Unless we remember we can’t understand
As this is written, on the heels of the news that President George H.W. Bush, hospitalized in Houston since Nov. 23 for bronchitis, has been moved into an intensive care unit, comes word of the death of Gen. H. Norman Schwarzkopf, who in 1991 became the U.S.’s most popular post-World War II military leader after commanding the U.S.-led coalition forces that smashed Iraq.
How popular was “Stormin’ Norman” back home? He laughed while telling the late U.S. Rep. Jack Murtha, D-Pa. — himself, like Schwarzkopf, a decorated combat veteran of Vietnam — about attending the Kentucky Derby a few months after the Iraqi victory. The huge Churchill Downs crowd gave the general a standing ovation when he took his seat. After Schwarzkopf later got up to go to the men’s room, the Derby crowd gave him another ovation, and still more cheers greeted his return to his seat.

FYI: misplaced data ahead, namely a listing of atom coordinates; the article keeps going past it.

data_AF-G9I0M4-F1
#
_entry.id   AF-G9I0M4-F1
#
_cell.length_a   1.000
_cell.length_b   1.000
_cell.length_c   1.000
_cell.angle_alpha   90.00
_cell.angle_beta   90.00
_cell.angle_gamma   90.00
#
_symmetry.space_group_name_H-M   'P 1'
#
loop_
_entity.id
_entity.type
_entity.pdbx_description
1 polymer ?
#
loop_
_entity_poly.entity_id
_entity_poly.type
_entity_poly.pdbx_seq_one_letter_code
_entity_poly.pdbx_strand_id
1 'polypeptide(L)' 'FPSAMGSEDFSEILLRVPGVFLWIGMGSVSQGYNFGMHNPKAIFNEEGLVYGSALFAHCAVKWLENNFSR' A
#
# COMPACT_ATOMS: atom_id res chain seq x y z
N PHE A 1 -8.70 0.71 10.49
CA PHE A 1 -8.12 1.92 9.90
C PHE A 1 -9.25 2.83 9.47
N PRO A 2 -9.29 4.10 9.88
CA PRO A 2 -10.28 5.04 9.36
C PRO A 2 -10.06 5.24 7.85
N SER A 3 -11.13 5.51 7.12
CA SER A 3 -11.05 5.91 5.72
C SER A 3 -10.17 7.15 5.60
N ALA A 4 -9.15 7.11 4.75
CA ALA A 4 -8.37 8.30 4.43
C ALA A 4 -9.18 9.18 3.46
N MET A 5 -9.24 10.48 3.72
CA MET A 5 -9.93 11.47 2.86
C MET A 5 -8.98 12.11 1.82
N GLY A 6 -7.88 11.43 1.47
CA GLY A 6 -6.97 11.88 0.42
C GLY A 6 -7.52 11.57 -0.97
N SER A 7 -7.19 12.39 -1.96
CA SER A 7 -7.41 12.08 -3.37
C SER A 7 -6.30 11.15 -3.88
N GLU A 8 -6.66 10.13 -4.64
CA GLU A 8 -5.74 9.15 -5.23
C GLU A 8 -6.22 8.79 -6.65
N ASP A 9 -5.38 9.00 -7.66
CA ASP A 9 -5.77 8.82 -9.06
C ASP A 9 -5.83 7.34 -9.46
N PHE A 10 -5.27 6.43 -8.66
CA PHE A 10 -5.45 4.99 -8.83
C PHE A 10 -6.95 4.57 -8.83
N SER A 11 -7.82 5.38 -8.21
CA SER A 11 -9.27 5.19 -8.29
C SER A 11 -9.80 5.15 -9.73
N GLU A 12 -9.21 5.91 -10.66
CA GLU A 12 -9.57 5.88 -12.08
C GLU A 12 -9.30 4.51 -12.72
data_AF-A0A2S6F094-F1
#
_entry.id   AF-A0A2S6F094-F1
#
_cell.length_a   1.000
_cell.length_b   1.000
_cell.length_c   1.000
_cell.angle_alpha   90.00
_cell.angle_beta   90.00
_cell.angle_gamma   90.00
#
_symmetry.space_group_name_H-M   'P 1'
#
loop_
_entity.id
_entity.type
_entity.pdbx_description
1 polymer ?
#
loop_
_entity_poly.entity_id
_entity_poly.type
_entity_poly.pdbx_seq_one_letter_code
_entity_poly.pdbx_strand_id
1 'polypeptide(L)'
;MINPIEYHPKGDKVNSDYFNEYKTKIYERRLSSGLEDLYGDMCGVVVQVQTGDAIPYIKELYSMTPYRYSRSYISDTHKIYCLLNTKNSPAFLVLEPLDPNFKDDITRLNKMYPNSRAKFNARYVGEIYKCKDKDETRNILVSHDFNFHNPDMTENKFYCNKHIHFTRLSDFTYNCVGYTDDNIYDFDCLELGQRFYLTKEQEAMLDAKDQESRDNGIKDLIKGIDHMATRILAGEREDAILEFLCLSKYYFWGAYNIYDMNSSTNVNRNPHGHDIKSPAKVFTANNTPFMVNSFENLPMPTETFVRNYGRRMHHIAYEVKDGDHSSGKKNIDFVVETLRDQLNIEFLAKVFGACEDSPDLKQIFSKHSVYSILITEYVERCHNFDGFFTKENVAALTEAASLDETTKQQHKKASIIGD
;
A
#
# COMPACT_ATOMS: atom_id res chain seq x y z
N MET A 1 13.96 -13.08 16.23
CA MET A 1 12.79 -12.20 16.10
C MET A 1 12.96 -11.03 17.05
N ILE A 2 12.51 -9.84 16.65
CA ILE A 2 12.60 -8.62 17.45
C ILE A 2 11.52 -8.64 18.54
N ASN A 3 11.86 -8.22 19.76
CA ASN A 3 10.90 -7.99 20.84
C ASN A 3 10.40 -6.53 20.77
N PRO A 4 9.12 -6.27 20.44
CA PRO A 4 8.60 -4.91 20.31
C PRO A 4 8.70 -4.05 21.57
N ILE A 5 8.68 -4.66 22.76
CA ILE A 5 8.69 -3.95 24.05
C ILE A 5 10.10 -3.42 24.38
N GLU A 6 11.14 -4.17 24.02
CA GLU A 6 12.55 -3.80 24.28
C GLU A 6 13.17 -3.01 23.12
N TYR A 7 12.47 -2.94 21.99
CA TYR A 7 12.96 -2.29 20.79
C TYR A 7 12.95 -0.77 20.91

He obviously enjoyed the fame and the fortune he received. But to his credit, Schwarzkopf refused being called a hero, with a statement that I urge those in positions of power and influence in Washington — currently beating the war drums on Iran — to heed: “It doesn’t take a hero to order men into battle. It takes a hero to be one of those men who goes into battle.”
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